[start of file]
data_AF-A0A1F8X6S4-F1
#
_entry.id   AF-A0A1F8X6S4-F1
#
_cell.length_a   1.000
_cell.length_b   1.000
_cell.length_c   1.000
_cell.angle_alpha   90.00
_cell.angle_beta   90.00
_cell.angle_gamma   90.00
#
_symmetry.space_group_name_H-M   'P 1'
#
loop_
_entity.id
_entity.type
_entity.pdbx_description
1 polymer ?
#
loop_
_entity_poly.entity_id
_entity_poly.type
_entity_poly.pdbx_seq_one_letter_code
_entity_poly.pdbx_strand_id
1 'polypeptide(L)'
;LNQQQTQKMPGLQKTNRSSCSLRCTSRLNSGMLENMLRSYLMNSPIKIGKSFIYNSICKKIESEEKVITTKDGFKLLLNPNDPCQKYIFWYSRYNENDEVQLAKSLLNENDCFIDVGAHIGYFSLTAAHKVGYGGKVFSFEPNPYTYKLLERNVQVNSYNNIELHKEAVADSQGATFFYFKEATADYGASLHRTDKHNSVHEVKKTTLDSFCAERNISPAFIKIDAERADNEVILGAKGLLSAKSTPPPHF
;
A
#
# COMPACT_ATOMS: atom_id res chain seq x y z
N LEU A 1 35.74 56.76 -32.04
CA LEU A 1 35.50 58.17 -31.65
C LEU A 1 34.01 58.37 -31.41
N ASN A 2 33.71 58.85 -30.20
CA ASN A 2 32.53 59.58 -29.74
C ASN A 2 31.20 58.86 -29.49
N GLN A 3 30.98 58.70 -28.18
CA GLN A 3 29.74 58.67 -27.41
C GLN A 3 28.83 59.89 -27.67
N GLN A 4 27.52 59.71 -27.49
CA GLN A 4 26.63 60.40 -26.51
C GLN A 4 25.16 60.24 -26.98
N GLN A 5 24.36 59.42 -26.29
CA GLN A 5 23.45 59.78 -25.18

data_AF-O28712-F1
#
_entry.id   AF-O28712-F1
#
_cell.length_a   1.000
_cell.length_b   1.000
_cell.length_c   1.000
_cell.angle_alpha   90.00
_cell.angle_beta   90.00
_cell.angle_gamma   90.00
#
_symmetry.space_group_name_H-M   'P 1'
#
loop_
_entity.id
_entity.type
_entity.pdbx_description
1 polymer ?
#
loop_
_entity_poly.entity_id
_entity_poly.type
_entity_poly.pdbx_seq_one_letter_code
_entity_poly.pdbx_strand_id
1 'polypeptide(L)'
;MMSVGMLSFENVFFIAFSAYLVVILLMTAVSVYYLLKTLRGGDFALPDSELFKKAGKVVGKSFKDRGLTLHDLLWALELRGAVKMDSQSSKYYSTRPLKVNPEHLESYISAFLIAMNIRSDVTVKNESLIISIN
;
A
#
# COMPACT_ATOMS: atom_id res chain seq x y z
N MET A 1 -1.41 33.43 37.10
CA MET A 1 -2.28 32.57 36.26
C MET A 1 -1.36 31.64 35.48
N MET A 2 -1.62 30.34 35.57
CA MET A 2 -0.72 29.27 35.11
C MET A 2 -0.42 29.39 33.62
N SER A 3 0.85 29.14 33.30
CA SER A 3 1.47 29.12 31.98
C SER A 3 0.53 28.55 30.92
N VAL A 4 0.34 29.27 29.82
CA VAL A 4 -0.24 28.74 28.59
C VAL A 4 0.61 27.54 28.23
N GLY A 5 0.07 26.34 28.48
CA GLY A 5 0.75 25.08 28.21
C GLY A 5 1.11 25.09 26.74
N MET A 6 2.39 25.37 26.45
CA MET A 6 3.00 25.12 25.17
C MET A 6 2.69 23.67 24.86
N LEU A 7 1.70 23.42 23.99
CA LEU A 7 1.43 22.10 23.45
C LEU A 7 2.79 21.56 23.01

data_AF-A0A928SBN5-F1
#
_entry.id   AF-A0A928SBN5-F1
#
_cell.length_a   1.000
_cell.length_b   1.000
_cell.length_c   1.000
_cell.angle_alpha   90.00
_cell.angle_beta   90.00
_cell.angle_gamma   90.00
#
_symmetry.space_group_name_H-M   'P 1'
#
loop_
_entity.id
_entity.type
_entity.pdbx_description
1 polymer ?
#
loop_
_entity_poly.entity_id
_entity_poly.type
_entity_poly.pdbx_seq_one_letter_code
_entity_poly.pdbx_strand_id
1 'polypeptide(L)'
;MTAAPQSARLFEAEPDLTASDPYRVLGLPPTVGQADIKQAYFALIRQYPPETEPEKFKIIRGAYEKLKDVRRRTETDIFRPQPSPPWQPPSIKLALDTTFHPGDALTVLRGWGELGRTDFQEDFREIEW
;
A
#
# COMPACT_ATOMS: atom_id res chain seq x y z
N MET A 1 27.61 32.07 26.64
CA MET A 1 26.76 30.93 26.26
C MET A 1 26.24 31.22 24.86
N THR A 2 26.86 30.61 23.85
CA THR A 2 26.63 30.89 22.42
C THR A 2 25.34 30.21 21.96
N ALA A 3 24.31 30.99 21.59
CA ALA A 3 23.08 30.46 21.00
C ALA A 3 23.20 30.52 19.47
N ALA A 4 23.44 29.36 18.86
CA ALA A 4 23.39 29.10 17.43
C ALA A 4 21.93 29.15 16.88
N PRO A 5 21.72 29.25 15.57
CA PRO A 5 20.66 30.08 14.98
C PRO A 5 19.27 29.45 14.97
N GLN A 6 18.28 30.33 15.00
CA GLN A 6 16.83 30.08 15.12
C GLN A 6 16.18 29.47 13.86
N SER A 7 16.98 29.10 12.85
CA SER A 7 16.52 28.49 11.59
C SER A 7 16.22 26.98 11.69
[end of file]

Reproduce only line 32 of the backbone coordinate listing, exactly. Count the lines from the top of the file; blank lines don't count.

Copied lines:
CA LEU A 1 35.50 58.17 -31.65